Pistorius has been replaced, s

Pistorius has been replaced, says Paralympic president…Er, actually he didn’t

LETTER TO THE EDITOR | Why the sensationalisation of the media means they so often get it wrong

Pistorius has been replaced, s

A reader, Jo Forbes, writes:

Whilst browsing the internet I came across an article on your website about Oscar Pistorius. Whilst I respect the opinions and professionalism of your writers, I felt compelled to write a response to this article as I strongly disagree with the sensationalist angle it took. My intention is not to offend, but to challenge the senationalism that is so often found in the media.

Too many times the media twists and turns a story until it no longer remotely resembles the truth. Unfortunately, this is what has happened with Clair Horn’s article titled Pistorius has been replaced, says Paralympic president

What the president actually said, and I quote from Ms Horn’s article, is there is a ‘a brand new group of household names’ emerging from the Paralympics, to which Ms Horn believes is diplomatic way of Mr Craven claiming Pistorius ‘won’t be missed’. Forgive my ignorance but I am at a loss as to why the writer has confused an emerging group of new stars with the loss of an old one. Mr Craven didn’t say speculate on whether Mr Pistorius has been ‘replaced’ so to say that he has done is to misconstrue the truth.

Further to this, Mr Craven expressed his delight at the ‘new group of global stars’ who have enjoyed fame as a result of the Paralympics. This is another positive comment on the legacy of the London Paralympics and again I fail to see any reference to Oscar Pistorius and the fact that he has been ‘replaced’.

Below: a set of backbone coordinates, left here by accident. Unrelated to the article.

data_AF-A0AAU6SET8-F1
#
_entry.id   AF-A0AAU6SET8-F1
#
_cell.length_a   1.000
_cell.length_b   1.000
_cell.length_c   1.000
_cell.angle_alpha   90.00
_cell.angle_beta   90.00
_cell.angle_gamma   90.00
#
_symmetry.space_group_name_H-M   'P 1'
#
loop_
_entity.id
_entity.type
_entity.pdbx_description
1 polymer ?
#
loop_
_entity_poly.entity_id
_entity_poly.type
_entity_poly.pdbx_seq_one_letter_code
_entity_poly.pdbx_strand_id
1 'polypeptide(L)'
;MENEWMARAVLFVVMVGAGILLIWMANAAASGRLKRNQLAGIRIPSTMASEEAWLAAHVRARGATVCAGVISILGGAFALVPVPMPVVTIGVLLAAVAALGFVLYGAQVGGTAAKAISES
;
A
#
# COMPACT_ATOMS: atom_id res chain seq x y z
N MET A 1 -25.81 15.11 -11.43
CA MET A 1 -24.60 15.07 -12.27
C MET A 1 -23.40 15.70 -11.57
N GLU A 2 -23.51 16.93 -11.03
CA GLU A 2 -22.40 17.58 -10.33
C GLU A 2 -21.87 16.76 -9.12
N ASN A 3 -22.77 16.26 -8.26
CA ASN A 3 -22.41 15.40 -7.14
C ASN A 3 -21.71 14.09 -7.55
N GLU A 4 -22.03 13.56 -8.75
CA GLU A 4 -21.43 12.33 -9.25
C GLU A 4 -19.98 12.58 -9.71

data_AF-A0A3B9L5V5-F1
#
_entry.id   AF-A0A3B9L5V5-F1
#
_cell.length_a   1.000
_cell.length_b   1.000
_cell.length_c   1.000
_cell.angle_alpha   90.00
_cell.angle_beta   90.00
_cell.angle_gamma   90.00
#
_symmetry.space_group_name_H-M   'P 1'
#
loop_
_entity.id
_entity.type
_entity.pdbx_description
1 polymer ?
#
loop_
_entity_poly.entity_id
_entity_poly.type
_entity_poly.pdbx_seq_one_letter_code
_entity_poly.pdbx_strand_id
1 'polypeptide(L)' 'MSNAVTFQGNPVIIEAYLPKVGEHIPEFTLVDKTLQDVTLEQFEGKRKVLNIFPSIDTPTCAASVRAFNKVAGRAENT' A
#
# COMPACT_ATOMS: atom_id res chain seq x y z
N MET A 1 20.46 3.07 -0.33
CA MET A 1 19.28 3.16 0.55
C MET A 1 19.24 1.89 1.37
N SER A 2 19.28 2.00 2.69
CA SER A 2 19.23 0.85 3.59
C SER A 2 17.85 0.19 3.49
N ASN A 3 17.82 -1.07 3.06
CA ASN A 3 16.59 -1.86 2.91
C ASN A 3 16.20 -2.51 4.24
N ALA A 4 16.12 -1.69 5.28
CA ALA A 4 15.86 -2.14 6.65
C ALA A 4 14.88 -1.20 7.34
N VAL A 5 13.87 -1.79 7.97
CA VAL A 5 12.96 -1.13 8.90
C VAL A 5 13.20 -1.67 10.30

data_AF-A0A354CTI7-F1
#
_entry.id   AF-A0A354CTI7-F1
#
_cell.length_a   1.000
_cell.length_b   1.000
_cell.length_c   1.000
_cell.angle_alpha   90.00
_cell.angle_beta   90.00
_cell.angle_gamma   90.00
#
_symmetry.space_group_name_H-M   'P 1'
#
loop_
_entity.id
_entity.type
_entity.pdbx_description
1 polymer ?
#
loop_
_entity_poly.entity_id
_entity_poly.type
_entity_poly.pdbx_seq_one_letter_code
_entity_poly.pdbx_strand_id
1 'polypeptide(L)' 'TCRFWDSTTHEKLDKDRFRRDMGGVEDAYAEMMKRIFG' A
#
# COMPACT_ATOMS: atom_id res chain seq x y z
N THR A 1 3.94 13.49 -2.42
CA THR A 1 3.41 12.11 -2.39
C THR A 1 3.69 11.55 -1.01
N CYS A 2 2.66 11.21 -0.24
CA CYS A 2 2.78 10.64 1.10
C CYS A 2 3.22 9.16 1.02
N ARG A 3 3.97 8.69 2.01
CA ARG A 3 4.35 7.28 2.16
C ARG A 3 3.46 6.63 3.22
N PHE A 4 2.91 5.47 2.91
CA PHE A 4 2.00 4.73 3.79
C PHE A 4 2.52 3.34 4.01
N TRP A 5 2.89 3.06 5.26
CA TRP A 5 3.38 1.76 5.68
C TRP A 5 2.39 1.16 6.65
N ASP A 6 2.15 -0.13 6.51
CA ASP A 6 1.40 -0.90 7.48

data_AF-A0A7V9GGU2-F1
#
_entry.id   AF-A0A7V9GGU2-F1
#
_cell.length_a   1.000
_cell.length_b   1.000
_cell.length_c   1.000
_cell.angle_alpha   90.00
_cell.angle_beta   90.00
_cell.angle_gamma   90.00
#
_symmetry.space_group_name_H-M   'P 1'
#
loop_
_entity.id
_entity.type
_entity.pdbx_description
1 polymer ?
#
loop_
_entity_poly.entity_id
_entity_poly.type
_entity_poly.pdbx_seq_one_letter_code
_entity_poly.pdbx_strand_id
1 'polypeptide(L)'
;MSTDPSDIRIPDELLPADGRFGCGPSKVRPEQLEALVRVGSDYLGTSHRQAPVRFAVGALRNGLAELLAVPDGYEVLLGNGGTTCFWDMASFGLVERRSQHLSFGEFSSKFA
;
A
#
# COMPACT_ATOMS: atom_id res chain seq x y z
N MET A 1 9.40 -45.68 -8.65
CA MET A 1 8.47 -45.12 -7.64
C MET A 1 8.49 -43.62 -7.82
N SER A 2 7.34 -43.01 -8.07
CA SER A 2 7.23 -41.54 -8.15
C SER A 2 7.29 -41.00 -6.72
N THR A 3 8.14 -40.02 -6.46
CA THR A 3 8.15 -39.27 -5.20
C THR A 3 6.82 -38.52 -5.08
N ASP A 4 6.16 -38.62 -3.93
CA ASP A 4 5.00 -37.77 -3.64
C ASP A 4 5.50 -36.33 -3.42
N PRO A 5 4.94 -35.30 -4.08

What Mr Craven is referring to is the success of how Paralympic athletes have been adopted into the hearts of the public. As you will be fully aware, Paralympic athletes were, even up to a few years ago, not received as well as abled-bodied athletes and so what Ms Horne has missed, is the opportunity to report on the rightful acceptance by the public to recognise Paralympic athletes as true sporting heroes.

Some people may wish to turn Mr Craven’s comments into a slight on someone who must still be considered a great sporting hero, but this is doing an injustice to all the Paralympic athletes from all over the world who, due to the increased coverage of the Paralympic games, have finally been noticed in their own right. These athletes would still give Mr Pistorius a run for his money if the tragic events of February 2013 had not happened. There would be much made of the rivalry between emerging stars such as Oliveira and Peacock and Pistorius if he was still competing. To misunderstand comments about the quality of Paralympic athletes and turn them into a negative portrayal of one, only highlights that there are many people who still have a long way to go before they put the triumphs of the masses before tribulations of the few.